|biography, ethology, Konrad Lorenz
animal behaviour, Zoology, Oxford University
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|Niko Tinbergen (Nikolaas Tinbergen) was born in The Hague, Netherlands, on 15th April 1907, as the third
of five children to a schoolmaster and his wife. At school he was by no means notable for
scholarship preferring to indulge in appreciating nature through diverse rambles by beach and by lakeside
and also preferring to play field-sports.
As a boy he took a great interest in two small freshwater aquaria located in the backyard of the family home and was also made responsible, by one of his teachers at High School, for three saltwater aquaria. Alongside these practical involvements he also appreciatively read the works of two famous Dutch naturalists - E. Heimans and Jac P. Thijsse.
He was initially rather daunted by any prospect of studying academic biology at university level but, through the influence of friends who took him to wild coastal places full of migratory wildfowl, his interest was reinvigorated such that he resolved to attempt studies in Biology at Leiden University. Here he again seemed to be relatively unremakable as a scholar and only scraped through the final assessment that led up to his being awarded a Ph.D. in 1932.
Through a friend named Sidney Van den Bergh, he was offered the opportunity of joining the Netherlands' small contingent for the International Polar Year 1932-33, which was to have its base in Angmagssalik, the homeland of a small, isolated Eskimo tribe and he, together with the wife he had recently married, lived for two summers and a winter lived in close proximity to these Eskimos. This was followed by a minor academic post at Leiden where he was given responsibility for teaching comparative anatomy to undergraduates and for the organisation of a course in animal behaviour.
In 1936 Konrad Lorenz was invited to Leiden for a small symposium on "Instinct", and it was at this symposium that Niko Tinbergen first met Konrad Lorenz. The two men became friends such that the Tinbergens, who by now had a small son, were invited to an extended stay at the Lorenz home near Vienna. During this stay the two scientists got on very well and Tinbergen felt that his own more cautious critical sense balanced Konrad Lorenz extraordinary vision and enthusiasm. These months of harmonious and fruitful co-operation were followed by a lifelong friendship.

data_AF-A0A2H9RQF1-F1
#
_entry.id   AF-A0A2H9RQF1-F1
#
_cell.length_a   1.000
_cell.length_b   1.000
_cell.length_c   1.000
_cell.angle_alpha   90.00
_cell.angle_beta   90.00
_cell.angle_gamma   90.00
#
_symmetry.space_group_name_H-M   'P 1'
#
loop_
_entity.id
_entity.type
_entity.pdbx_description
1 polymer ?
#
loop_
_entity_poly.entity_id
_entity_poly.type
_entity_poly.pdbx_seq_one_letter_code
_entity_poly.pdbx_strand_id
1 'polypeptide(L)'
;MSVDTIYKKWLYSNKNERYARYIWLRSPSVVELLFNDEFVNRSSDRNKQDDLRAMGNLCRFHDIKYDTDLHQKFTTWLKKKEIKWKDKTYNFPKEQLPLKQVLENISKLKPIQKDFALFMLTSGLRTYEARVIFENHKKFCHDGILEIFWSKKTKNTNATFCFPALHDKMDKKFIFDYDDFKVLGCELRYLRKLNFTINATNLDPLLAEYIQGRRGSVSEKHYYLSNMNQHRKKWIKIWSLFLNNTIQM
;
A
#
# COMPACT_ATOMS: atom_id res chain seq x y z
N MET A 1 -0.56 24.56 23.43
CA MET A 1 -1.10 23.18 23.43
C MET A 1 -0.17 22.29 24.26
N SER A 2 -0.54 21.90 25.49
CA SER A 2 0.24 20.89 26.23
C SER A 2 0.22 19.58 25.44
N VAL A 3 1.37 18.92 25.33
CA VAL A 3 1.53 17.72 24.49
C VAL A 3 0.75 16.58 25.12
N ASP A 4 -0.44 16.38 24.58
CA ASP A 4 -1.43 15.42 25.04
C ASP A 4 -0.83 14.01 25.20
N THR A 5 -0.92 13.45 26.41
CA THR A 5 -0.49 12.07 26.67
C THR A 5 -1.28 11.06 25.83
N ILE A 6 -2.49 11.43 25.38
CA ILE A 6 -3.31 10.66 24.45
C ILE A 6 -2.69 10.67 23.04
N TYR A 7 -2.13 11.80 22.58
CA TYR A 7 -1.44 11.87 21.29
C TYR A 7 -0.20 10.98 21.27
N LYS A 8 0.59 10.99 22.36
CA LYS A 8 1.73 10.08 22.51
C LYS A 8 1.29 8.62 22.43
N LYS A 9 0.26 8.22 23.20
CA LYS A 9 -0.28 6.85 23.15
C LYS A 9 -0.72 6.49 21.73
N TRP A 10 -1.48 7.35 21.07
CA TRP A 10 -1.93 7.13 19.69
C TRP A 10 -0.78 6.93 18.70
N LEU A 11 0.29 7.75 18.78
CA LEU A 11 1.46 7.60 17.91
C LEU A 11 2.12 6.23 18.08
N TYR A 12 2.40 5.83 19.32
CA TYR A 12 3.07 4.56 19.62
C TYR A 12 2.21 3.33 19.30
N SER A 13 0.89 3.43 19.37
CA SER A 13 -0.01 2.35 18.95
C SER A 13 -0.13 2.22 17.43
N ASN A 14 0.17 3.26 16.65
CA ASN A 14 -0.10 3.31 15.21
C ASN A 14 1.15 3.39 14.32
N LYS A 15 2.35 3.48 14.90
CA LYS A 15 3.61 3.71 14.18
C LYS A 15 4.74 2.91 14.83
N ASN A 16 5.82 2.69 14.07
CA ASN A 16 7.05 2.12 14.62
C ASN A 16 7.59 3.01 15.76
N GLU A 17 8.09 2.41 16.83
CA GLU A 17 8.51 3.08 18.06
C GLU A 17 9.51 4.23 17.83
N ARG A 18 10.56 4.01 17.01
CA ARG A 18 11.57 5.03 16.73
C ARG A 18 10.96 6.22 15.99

During the war he spent two years in a German hostage camp while his wife struggled to bring their family through difficult times. It was only in 1949 in the home of W. H. Thorpe in Cambridge that he again saw Konrad Lorenz who had himself suffered confinement after being captured by the Russians.
Post-war lecture tours on animal behaviour in the United States, and Britain, led to the publication of his The Study of Instinct (1951). Another outcome from this times was that he accepted a position offered by Sir Alister Hardy, the Head of the Department of Zoology at Oxford University, that involved responsibility for establishing a centre of research and teaching in animal behaviour. He subsequently spent many years at Oxford where he researched and taught and was tutor to, amongst many others, Desmond Morris and Richard Dawkins. He also nurtured a newly founded journal called Behaviour and helped to foster contacts with American psychologists. He found that his field of studies was adapted somewhat by Professor J. W. S. Pringle who succeeded Alister Hardy as Head of the Department of Zoology in Oxford, and who sought to stimulate interest in helping to bridge the gap between ethology and neuro-physiology. A new inter-disciplinary Oxford School of Human Sciences was founded which stimulated Tinbergen's still dormant desire to make ethology apply its methods to human behaviour.
Niko Tinbergen was elected as a Fellow of the Royal Society in 1962 and as a Foreign Member of the Netherlands Academy of Sciences in 1964. In 1973 he shared the Nobel Prize in physiology or medicine with two other zoologists, the German Karl von Frisch and his old friend Konrad Lorenz. Together, they were cited for their discoveries concerning the ways in which individual and social behavior patterns develop in groupings of animals.
Among his many publications important to the development of ethology are:-
The Study of Instinct (1951), The Herring Gull's World (1953), Curious Naturalists (1958), The Animal in its World Vol. 1. (1972), The Animal in its World Vol. 2. (1973), and Early Childhood Autism - an Ethological Approach (together with E. A. Tinbergen in 1972)
Of these it is The Herring Gull's World (1953) which describes the studies with gulls for which he is best known, including an examination of their food-begging techniques.
Nikolaas Tinbergen died in 1988.
ethology - animal behaviour